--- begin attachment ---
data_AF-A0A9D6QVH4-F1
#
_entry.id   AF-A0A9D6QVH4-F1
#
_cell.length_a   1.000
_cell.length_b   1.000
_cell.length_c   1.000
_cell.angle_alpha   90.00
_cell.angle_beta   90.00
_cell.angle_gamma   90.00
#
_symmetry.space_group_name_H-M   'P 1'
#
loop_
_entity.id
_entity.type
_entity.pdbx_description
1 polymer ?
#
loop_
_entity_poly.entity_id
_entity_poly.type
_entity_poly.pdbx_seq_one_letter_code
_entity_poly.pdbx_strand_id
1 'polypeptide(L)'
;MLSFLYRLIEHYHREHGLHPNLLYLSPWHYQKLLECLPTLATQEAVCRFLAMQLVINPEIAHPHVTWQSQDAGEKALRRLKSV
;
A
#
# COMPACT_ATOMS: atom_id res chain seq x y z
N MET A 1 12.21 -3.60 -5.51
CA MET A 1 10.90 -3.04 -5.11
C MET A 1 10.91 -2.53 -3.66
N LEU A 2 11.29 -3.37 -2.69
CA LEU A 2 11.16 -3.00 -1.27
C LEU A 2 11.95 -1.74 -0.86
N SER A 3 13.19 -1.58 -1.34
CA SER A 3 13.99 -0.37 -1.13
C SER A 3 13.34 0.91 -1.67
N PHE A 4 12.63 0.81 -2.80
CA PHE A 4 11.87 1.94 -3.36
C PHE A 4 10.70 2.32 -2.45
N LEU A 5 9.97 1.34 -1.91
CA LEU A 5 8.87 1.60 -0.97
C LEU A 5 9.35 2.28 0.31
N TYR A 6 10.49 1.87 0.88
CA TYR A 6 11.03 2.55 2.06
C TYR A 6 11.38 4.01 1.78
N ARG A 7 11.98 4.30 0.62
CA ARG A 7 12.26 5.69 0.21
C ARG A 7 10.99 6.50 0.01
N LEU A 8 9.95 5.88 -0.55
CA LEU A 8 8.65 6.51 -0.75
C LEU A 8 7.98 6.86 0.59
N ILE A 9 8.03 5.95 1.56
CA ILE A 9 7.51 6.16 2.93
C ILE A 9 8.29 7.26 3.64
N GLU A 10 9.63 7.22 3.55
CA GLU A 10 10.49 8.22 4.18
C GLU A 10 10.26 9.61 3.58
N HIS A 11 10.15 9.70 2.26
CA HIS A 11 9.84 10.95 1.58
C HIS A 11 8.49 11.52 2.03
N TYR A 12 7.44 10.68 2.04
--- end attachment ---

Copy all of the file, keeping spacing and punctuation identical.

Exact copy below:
data_AF-A0A9D6QVH4-F1
#
_entry.id   AF-A0A9D6QVH4-F1
#
_cell.length_a   1.000
_cell.length_b   1.000
_cell.length_c   1.000
_cell.angle_alpha   90.00
_cell.angle_beta   90.00
_cell.angle_gamma   90.00
#
_symmetry.space_group_name_H-M   'P 1'
#
loop_
_entity.id
_entity.type
_entity.pdbx_description
1 polymer ?
#
loop_
_entity_poly.entity_id
_entity_poly.type
_entity_poly.pdbx_seq_one_letter_code
_entity_poly.pdbx_strand_id
1 'polypeptide(L)'
;MLSFLYRLIEHYHREHGLHPNLLYLSPWHYQKLLECLPTLATQEAVCRFLAMQLVINPEIAHPHVTWQSQDAGEKALRRLKSV
;
A
#
# COMPACT_ATOMS: atom_id res chain seq x y z
N MET A 1 12.21 -3.60 -5.51
CA MET A 1 10.90 -3.04 -5.11
C MET A 1 10.91 -2.53 -3.66
N LEU A 2 11.29 -3.37 -2.69
CA LEU A 2 11.16 -3.00 -1.27
C LEU A 2 11.95 -1.74 -0.86
N SER A 3 13.19 -1.58 -1.34
CA SER A 3 13.99 -0.37 -1.13
C SER A 3 13.34 0.91 -1.67
N PHE A 4 12.63 0.81 -2.80
CA PHE A 4 11.87 1.94 -3.36
C PHE A 4 10.70 2.32 -2.45
N LEU A 5 9.97 1.34 -1.91
CA LEU A 5 8.87 1.60 -0.97
C LEU A 5 9.35 2.28 0.31
N TYR A 6 10.49 1.87 0.88
CA TYR A 6 11.03 2.55 2.06
C TYR A 6 11.38 4.01 1.78
N ARG A 7 11.98 4.30 0.62
CA ARG A 7 12.26 5.69 0.21
C ARG A 7 10.99 6.50 0.01
N LEU A 8 9.95 5.88 -0.55
CA LEU A 8 8.65 6.51 -0.75
C LEU A 8 7.98 6.86 0.59
N ILE A 9 8.03 5.95 1.56
CA ILE A 9 7.51 6.16 2.93
C ILE A 9 8.29 7.26 3.64
N GLU A 10 9.63 7.22 3.55
CA GLU A 10 10.49 8.22 4.18
C GLU A 10 10.26 9.61 3.58
N HIS A 11 10.15 9.70 2.26
CA HIS A 11 9.84 10.95 1.58
C HIS A 11 8.49 11.52 2.03
N TYR A 12 7.44 10.68 2.04